Dr. Shane Shapera
Program Director of the Interstitial Lung Disease Clinic, Toronto General Hospital
Advances in medical treatments provide hope for patients with scarring of the lungs caused by scleroderma.
While the cause of scleroderma is unknown, it’s believed that a genetic predisposition combined with a stressful event, such as an infection, triggers your immune system to attack itself, says Dr. Shane Shapera, Program Director of the Interstitial Lung Disease Clinic at Toronto General Hospital.
Scleroderma most often affects women between the ages of 30 and 50. Symptoms vary depending on what area of the body the disease affects, such as the skin, muscles, blood vessels, or internal organs. Symptoms can include hardening of the skin, painful joints, heartburn, nausea, and fatigue.
When scleroderma affects the lungs, it causes pulmonary hypertension, leading to shortness of breath, fatigue, and chest pain, or pulmonary fibrosis, in which the lungs become scarred and breathing becomes increasingly difficult.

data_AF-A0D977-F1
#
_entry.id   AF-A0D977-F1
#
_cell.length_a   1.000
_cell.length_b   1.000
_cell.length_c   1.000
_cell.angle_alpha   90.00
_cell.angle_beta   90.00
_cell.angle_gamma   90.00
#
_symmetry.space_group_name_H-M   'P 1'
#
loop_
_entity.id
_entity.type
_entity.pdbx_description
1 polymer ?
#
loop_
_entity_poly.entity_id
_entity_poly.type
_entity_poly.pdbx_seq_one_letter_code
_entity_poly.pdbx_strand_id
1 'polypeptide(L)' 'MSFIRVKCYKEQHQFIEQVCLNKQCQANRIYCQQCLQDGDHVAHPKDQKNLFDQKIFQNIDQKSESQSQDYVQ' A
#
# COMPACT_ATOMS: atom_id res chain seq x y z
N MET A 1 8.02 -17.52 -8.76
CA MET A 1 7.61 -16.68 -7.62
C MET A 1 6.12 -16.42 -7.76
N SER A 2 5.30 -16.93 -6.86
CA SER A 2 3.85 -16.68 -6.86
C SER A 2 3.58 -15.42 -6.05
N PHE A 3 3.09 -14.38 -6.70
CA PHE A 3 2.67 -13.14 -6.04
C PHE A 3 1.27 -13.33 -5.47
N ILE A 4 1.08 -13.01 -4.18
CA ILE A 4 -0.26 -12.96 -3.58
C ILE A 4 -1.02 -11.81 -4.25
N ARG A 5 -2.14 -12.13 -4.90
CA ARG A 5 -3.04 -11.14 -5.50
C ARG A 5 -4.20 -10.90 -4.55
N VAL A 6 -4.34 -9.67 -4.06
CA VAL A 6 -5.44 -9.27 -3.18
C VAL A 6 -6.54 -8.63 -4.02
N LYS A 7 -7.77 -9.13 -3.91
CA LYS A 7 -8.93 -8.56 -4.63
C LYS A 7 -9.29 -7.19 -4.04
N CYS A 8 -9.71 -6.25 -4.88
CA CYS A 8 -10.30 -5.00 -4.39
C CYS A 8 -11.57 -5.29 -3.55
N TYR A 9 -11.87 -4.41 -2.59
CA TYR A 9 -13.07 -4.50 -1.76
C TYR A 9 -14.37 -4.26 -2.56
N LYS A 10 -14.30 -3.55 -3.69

“The scarring is progressive and so patients with scleroderma will get worse,” says Dr. Shapera. “We think that about half of patients with scleroderma will get pulmonary fibrosis, which is one of the leading causes of death in people with scleroderma.”
There’s no cure for pulmonary fibrosis and treatments seek to relieve the symptoms. In 2019, Health Canada approved the first treatment shown to slow the speed of lung scarring. It’s expensive and remains difficult to access, but as the Canadian Agency for Drugs and Technologies in Health (CADTH) has recommended that provincial health plans cover treatment costs for patients with progressive fibrotic interstitial lung disease (ILD) and scleroderma, Dr. Shapera is optimistic that the Government of Ontario will start to cover the drug under its provincial drug plan.
Experts and professionals in the space are advocating strongly for provincial coverage as soon as possible. “We can’t wait much longer. This treatment shifts the paradigm in how we treat patients with pulmonary fibrosis,” says Dr. Shapera. “It offers hope of slowing down the disease.”
This article was made possible with support from a leading research-based pharmaceutical company.